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The question is as follows:

An interfering signal from a transmitter is found to have a frequency of 57 MHz (TV Channel 2 is 54 - 60 MHz). This signal could be the:

And the options are as follows:

A) crystal oscillator operating on its fundamental
B) second harmonic of a 10 metre transmission
C) seventh harmonic of an 80 metre transmission
D) third harmonic of a 15 metre transmission

Now in my mind options B and D are the same frequency as the second harmonic of a 10 meter transmission is 30 MHz*2=60 MHz and the third harmonic of a 15 meter transmission should be 20 MHz*3=60 MHz. I don’t see how one answer could be more correct than the other.

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    \$\begingroup\$ I'm voting to close this question as off-topic because it's not a general EE question, it might be better off at ham.stackexchange.com. \$\endgroup\$ – Marcus Müller Nov 8 '18 at 16:56
  • \$\begingroup\$ "harmonics" are sometimes counted differently; in some contexts (not really in this, but whatever, ham radio exam questions are full of incorrect and / or vague formulations in many countries of this earth), only the odd harmonics count; in some I could imagine you'd only count the even harmonics. I don't know – maybe this is one of these cases. \$\endgroup\$ – Marcus Müller Nov 8 '18 at 17:08
  • \$\begingroup\$ Also, let me do the quick math: $$ f=\frac c\lambda = \frac{3\cdot 10^8 \frac{\text m}{\text s}}{15\,\text m }= 20\,\text{MHz,} $$ so no matter which harmonics you count, 57 MHz is not a multiple of 20 MHz and B and D are both equally wrong. \$\endgroup\$ – Marcus Müller Nov 8 '18 at 17:13
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    \$\begingroup\$ I fully agree this is a stupid question, but if your frequency control is not reliably with 3 MHz (capitalization is important, as M = mega = 1 million and m = milli = 1/1000) of 57 MHz, that's a frequency error of more than 5%: If your oscillator is that unreliable, no matter what you do with it, turn it of, and repair or replace it. No discussions: that is a broken oscillator. \$\endgroup\$ – Marcus Müller Nov 8 '18 at 17:18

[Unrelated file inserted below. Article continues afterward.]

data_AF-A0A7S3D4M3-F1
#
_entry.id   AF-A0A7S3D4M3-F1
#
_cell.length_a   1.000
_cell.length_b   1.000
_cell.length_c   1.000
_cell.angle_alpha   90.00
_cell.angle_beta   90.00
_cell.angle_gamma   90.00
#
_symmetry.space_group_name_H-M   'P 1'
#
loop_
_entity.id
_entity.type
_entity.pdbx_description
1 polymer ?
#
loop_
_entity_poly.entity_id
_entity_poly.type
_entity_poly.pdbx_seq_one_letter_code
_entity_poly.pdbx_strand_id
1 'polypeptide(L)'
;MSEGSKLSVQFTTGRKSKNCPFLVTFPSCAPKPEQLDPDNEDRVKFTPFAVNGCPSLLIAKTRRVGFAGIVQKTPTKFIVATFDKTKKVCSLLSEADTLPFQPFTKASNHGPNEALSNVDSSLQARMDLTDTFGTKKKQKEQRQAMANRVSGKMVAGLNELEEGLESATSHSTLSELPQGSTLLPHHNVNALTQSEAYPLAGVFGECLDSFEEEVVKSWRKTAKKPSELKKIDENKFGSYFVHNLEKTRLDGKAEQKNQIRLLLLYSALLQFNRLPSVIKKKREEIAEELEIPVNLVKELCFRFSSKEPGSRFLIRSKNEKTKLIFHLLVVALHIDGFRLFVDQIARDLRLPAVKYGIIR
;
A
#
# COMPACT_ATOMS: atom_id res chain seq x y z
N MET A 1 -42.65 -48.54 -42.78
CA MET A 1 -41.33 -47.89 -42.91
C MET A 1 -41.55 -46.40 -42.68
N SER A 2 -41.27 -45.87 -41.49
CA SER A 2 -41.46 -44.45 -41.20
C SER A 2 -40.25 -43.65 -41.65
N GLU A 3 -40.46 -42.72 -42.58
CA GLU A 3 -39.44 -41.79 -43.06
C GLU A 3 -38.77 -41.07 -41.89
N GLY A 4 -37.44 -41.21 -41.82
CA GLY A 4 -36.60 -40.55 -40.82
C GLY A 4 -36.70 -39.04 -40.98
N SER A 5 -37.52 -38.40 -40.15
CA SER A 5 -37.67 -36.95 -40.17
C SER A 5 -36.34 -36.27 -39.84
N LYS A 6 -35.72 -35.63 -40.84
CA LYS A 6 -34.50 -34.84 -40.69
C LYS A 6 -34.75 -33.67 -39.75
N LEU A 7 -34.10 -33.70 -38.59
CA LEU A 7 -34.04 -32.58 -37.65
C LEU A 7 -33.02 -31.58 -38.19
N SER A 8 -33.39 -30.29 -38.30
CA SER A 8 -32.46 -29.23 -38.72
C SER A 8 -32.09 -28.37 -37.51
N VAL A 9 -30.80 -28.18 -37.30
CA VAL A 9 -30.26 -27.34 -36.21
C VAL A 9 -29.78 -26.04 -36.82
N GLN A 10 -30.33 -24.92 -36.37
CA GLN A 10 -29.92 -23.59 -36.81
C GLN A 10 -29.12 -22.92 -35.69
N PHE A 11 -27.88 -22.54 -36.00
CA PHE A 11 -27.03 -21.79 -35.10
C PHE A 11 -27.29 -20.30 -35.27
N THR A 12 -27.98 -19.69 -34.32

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    \$\begingroup\$ The 15 metre band is 21 - 21.45 MHz, so the third harmonic will be above 63 MHz - too high. 10 Metres is 28 - 29 MHz, so the second harmonic will be 56 - 58 MHz - looks like B is the right answer. (where did the 20 Hz and 30 Hz come from?) \$\endgroup\$ – Peter Bennett Nov 8 '18 at 18:47
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The 15 metre band is 21 - 21.45 MHz, so the third harmonic will be above 63 MHz - too high. 10 Metres is 28 - 29.7 MHz, so the second harmonic will be 56 - 59.4MHz - looks like B is the right answer.

You have to look at the defined band frequency limits, rather than the frequency calculated from the band name.

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    \$\begingroup\$ This is why this should be on the ham site! \$\endgroup\$ – mike65535 Nov 8 '18 at 19:10

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